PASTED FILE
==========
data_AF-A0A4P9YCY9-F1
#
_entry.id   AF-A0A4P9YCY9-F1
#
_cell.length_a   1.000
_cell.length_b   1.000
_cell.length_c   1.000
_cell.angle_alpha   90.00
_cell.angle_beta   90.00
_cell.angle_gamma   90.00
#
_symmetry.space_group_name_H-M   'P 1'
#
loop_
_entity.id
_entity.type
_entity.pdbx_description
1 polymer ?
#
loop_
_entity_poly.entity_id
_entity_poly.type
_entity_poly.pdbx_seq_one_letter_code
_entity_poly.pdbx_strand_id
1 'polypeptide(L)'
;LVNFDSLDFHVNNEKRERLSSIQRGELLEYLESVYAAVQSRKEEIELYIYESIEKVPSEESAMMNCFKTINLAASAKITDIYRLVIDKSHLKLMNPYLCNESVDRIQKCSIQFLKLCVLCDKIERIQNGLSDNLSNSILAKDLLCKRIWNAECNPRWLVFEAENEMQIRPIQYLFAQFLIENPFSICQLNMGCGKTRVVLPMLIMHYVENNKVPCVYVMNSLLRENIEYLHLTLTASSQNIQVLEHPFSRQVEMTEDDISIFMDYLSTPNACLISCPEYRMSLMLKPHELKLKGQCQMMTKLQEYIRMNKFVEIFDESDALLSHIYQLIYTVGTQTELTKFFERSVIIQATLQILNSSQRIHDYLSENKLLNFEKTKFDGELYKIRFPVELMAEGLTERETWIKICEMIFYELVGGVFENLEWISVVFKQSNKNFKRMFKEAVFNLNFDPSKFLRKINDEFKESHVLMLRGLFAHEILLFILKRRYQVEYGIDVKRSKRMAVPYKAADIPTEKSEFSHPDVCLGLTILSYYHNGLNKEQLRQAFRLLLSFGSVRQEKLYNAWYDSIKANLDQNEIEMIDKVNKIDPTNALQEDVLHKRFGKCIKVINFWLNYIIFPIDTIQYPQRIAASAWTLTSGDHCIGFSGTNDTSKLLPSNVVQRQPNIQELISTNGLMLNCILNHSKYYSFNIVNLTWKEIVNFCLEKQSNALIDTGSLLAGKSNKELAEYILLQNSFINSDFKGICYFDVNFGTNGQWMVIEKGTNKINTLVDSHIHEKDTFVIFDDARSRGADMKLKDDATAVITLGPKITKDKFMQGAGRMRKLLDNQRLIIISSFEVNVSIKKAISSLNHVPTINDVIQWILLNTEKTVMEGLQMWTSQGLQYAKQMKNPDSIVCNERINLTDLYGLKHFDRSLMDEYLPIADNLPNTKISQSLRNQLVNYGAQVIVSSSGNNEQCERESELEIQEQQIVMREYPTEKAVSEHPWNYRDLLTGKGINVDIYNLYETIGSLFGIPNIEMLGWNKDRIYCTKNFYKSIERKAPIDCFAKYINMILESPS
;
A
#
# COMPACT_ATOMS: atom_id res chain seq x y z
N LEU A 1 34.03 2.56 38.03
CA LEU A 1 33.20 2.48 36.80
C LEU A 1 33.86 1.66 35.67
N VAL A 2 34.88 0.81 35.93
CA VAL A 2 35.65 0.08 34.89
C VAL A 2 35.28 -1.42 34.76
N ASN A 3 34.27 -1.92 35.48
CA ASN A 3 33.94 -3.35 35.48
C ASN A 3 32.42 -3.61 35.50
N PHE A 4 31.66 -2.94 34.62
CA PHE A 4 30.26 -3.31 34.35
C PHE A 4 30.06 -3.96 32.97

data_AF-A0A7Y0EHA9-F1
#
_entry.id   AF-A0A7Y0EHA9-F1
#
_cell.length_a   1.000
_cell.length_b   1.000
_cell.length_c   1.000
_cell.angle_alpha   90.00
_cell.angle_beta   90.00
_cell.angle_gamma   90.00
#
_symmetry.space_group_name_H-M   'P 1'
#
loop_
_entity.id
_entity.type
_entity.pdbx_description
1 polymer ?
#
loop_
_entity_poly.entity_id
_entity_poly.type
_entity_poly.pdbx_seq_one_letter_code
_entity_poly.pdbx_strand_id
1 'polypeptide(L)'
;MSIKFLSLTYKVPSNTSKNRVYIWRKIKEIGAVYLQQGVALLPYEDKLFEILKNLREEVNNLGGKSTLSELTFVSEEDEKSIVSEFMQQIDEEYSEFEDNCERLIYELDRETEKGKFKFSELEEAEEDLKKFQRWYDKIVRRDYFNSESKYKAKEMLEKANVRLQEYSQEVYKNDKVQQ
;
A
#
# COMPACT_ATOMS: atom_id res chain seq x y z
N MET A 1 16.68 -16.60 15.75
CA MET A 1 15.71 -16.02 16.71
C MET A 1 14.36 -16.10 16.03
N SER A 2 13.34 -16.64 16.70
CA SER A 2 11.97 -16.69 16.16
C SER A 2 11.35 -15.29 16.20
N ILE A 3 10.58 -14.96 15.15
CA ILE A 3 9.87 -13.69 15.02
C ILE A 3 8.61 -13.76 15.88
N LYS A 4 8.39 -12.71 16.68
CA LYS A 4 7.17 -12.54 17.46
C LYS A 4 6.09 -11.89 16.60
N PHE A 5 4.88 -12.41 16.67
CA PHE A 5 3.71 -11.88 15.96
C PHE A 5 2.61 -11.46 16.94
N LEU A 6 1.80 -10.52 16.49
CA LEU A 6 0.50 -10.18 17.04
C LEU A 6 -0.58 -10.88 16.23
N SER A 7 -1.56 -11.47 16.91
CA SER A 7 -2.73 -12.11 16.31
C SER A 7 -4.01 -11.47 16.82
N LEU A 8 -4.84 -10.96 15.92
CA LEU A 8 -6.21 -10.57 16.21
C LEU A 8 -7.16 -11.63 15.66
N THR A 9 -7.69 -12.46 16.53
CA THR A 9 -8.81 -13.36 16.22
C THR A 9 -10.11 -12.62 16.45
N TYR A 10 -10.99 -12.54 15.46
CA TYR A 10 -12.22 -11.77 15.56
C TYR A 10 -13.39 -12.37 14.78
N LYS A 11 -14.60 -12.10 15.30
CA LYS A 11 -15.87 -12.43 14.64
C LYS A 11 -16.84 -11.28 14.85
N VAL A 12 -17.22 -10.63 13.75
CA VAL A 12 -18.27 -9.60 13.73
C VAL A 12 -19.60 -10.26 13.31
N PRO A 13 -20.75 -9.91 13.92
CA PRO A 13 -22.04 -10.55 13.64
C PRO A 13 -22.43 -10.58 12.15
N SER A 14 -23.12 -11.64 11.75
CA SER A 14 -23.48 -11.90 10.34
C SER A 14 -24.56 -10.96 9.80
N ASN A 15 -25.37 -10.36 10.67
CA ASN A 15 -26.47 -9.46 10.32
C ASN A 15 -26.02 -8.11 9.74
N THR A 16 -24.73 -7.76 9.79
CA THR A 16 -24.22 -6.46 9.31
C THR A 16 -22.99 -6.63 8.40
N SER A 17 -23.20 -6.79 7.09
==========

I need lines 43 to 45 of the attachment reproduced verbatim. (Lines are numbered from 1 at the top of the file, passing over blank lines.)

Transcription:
data_AF-A0A7Y0EHA9-F1
#
_entry.id   AF-A0A7Y0EHA9-F1